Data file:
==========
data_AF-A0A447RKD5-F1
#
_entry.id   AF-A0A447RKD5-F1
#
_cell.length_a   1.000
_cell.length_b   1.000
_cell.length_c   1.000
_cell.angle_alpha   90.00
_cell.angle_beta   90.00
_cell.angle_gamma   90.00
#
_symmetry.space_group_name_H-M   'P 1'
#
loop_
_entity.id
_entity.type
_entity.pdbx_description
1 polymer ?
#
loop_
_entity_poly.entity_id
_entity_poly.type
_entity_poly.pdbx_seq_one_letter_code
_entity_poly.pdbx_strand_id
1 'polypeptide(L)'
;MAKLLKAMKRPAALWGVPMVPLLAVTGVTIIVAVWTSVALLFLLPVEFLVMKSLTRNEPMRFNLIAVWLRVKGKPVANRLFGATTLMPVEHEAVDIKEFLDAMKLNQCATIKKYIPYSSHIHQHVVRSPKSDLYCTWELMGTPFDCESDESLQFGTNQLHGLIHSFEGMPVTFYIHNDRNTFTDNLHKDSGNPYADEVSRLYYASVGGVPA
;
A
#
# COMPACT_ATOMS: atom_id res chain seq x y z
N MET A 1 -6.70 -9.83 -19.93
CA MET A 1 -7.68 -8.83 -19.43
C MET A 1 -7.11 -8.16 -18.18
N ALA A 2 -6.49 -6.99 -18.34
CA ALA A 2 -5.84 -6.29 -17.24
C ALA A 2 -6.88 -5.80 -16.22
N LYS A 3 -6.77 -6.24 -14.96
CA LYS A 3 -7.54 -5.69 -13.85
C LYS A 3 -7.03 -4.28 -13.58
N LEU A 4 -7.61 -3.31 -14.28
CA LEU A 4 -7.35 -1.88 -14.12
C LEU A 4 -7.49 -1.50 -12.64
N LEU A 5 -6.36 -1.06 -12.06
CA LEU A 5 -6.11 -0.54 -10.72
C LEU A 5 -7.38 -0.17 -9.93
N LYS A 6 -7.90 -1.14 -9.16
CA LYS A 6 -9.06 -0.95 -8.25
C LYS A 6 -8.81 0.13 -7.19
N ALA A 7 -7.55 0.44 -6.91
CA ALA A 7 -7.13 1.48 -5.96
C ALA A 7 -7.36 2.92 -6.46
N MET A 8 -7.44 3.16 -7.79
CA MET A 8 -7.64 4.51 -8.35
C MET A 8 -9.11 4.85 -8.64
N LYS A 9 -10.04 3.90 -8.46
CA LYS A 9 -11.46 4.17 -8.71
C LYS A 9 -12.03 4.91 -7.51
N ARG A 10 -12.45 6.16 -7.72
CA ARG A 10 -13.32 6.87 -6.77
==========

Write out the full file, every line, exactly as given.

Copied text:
data_AF-A0A447RKD5-F1
#
_entry.id   AF-A0A447RKD5-F1
#
_cell.length_a   1.000
_cell.length_b   1.000
_cell.length_c   1.000
_cell.angle_alpha   90.00
_cell.angle_beta   90.00
_cell.angle_gamma   90.00
#
_symmetry.space_group_name_H-M   'P 1'
#
loop_
_entity.id
_entity.type
_entity.pdbx_description
1 polymer ?
#
loop_
_entity_poly.entity_id
_entity_poly.type
_entity_poly.pdbx_seq_one_letter_code
_entity_poly.pdbx_strand_id
1 'polypeptide(L)'
;MAKLLKAMKRPAALWGVPMVPLLAVTGVTIIVAVWTSVALLFLLPVEFLVMKSLTRNEPMRFNLIAVWLRVKGKPVANRLFGATTLMPVEHEAVDIKEFLDAMKLNQCATIKKYIPYSSHIHQHVVRSPKSDLYCTWELMGTPFDCESDESLQFGTNQLHGLIHSFEGMPVTFYIHNDRNTFTDNLHKDSGNPYADEVSRLYYASVGGVPA
;
A
#
# COMPACT_ATOMS: atom_id res chain seq x y z
N MET A 1 -6.70 -9.83 -19.93
CA MET A 1 -7.68 -8.83 -19.43
C MET A 1 -7.11 -8.16 -18.18
N ALA A 2 -6.49 -6.99 -18.34
CA ALA A 2 -5.84 -6.29 -17.24
C ALA A 2 -6.88 -5.80 -16.22
N LYS A 3 -6.77 -6.24 -14.96
CA LYS A 3 -7.54 -5.69 -13.85
C LYS A 3 -7.03 -4.28 -13.58
N LEU A 4 -7.61 -3.31 -14.28
CA LEU A 4 -7.35 -1.88 -14.12
C LEU A 4 -7.49 -1.50 -12.64
N LEU A 5 -6.36 -1.06 -12.06
CA LEU A 5 -6.11 -0.54 -10.72
C LEU A 5 -7.38 -0.17 -9.93
N LYS A 6 -7.90 -1.14 -9.16
CA LYS A 6 -9.06 -0.95 -8.25
C LYS A 6 -8.81 0.13 -7.19
N ALA A 7 -7.55 0.44 -6.91
CA ALA A 7 -7.13 1.48 -5.96
C ALA A 7 -7.36 2.92 -6.46
N MET A 8 -7.44 3.16 -7.79
CA MET A 8 -7.64 4.51 -8.35
C MET A 8 -9.11 4.85 -8.64
N LYS A 9 -10.04 3.90 -8.46
CA LYS A 9 -11.46 4.17 -8.71
C LYS A 9 -12.03 4.91 -7.51
N ARG A 10 -12.45 6.16 -7.72
CA ARG A 10 -13.32 6.87 -6.77